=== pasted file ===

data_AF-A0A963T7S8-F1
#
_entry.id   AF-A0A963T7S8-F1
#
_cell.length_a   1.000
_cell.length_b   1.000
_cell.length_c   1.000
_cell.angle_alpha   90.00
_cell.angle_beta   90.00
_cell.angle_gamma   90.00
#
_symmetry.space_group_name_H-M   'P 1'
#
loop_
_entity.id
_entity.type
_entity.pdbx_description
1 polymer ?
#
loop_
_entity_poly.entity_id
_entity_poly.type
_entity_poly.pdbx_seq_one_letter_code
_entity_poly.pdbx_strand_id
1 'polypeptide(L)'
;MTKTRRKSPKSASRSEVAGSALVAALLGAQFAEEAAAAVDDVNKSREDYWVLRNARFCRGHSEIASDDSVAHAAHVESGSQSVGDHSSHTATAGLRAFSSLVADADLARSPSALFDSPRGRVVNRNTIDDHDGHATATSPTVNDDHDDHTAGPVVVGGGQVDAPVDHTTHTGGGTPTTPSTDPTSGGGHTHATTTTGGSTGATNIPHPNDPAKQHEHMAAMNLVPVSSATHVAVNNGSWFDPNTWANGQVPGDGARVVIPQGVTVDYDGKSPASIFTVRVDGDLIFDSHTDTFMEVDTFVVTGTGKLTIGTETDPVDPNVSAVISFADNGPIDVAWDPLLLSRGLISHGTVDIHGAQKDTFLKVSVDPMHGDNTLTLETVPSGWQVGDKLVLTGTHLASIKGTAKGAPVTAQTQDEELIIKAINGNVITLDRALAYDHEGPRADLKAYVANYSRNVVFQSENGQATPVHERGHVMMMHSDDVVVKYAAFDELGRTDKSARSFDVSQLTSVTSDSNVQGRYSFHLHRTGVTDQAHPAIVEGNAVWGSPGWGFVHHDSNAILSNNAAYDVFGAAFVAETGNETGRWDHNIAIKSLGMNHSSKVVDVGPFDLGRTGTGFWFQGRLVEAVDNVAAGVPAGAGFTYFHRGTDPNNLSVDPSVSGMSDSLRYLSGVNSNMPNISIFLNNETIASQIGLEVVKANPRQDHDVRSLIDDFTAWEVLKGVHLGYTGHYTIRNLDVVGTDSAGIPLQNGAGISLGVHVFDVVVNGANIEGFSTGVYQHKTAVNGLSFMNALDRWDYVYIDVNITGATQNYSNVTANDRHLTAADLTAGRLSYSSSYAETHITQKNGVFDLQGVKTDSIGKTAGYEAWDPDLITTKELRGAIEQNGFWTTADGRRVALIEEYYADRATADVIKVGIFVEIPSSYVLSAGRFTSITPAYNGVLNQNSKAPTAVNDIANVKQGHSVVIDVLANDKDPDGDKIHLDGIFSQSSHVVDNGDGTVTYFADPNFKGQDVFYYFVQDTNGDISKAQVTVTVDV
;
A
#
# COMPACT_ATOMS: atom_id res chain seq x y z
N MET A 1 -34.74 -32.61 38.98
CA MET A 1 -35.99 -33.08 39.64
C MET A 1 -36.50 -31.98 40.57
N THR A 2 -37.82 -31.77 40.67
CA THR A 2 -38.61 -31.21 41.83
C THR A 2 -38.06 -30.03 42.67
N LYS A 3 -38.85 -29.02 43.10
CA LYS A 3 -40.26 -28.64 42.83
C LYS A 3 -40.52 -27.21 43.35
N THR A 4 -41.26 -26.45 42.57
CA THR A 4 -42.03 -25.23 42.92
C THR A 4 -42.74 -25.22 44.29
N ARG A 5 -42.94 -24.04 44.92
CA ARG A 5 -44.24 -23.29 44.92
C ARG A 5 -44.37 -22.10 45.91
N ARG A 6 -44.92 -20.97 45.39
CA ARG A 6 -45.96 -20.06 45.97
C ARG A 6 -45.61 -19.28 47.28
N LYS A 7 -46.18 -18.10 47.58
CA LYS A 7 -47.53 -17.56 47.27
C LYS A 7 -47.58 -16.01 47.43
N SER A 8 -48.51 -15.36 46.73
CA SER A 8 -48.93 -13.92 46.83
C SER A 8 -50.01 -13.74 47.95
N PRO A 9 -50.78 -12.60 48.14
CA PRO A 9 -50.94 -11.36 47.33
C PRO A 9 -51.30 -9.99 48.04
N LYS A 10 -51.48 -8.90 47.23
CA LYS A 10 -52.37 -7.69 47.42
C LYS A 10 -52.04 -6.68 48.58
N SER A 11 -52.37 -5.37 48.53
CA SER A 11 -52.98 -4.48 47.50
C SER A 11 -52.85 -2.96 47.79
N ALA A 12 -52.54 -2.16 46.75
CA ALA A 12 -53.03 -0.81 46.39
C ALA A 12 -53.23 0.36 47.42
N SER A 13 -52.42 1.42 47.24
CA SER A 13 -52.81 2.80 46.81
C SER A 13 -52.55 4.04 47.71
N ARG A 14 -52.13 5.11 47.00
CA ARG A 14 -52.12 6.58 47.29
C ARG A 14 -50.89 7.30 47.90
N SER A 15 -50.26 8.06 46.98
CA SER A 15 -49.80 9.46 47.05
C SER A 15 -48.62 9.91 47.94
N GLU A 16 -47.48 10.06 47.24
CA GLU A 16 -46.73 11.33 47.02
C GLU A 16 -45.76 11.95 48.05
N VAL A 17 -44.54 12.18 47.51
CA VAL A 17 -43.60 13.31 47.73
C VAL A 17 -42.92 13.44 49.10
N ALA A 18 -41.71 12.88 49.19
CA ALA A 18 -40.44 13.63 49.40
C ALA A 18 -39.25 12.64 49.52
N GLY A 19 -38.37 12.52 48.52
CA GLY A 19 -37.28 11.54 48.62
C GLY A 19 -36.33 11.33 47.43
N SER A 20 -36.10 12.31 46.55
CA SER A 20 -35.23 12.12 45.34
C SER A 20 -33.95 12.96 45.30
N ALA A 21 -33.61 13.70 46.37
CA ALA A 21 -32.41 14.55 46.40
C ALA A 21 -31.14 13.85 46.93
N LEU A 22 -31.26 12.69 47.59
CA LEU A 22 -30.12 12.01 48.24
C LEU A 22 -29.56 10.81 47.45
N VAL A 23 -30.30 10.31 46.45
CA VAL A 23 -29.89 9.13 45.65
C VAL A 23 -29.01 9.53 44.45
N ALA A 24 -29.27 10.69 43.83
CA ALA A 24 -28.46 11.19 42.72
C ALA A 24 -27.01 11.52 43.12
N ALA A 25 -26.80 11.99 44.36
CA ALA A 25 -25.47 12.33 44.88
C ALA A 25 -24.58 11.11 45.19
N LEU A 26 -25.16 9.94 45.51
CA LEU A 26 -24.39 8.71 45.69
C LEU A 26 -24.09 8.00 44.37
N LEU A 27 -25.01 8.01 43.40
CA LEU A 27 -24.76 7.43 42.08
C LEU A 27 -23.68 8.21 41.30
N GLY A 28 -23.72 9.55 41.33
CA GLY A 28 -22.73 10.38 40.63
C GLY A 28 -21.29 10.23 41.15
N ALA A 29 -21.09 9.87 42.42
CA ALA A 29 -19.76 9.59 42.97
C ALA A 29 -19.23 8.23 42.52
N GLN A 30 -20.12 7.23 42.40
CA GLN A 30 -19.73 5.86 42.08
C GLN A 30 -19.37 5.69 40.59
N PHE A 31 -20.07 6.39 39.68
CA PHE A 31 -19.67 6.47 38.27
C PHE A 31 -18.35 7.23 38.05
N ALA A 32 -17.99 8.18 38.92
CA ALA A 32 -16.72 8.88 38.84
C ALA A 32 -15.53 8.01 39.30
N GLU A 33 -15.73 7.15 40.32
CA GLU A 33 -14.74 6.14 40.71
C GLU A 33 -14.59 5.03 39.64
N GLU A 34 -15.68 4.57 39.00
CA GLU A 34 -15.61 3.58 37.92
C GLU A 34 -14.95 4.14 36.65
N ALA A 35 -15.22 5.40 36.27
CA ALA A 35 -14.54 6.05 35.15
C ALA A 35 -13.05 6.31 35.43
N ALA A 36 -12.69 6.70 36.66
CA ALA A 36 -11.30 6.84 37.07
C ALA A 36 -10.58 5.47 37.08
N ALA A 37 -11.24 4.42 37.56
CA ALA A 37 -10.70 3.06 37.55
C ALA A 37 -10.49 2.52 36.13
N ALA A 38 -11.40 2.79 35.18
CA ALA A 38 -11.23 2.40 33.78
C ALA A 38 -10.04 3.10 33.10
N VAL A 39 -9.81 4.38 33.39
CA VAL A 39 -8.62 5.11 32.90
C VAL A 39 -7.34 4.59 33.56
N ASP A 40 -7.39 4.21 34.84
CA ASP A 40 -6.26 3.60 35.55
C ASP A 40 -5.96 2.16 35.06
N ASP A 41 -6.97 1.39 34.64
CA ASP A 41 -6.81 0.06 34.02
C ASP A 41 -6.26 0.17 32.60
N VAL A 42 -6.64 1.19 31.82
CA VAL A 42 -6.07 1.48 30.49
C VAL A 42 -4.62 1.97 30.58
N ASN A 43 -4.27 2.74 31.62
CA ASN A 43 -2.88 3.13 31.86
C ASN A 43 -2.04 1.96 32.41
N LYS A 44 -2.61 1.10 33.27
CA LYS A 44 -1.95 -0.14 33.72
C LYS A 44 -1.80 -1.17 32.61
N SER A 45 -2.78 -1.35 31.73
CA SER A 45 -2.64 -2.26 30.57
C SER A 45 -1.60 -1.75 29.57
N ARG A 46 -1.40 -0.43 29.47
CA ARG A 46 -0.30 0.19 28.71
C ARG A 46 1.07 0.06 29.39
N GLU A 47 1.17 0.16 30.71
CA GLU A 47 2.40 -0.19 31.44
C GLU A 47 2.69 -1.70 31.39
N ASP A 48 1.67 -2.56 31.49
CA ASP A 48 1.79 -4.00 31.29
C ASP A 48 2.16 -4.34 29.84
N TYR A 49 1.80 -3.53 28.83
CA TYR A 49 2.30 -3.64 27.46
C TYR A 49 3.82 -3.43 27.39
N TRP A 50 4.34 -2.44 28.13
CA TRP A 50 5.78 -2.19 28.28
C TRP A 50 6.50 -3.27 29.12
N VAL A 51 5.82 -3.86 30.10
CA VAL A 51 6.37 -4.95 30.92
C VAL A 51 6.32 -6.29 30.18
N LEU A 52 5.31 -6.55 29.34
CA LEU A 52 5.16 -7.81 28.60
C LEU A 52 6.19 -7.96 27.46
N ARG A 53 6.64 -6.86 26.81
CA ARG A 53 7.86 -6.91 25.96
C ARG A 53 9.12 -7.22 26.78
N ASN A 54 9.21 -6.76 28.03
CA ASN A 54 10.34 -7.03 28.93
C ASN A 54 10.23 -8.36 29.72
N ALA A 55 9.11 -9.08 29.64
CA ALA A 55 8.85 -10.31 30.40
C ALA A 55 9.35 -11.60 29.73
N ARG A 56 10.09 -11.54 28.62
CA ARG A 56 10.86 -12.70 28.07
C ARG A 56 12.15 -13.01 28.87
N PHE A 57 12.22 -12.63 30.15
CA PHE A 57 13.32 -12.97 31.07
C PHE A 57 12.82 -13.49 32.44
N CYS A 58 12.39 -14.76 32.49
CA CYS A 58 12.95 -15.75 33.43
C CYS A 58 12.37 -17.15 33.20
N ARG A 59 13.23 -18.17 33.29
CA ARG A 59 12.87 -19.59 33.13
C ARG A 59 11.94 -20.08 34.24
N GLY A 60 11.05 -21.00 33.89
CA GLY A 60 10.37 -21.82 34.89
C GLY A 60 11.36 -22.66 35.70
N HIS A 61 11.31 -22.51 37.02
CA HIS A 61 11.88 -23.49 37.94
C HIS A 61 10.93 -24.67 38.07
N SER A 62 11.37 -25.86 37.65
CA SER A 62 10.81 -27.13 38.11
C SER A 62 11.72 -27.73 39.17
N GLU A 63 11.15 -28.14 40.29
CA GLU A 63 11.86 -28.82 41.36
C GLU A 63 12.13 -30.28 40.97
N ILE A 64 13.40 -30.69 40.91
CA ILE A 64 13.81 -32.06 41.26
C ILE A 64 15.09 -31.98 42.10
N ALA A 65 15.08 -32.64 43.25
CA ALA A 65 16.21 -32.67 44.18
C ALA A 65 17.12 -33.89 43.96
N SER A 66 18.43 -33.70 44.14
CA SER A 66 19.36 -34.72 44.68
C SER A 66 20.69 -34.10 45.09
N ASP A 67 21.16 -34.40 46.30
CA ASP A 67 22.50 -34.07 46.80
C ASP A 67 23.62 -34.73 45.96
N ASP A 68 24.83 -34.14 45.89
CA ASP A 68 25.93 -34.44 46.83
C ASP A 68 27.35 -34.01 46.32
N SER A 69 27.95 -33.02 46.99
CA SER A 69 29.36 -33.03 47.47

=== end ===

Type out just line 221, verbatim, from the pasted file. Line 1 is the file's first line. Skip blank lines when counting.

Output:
CA ILE A 64 13.81 -32.06 41.26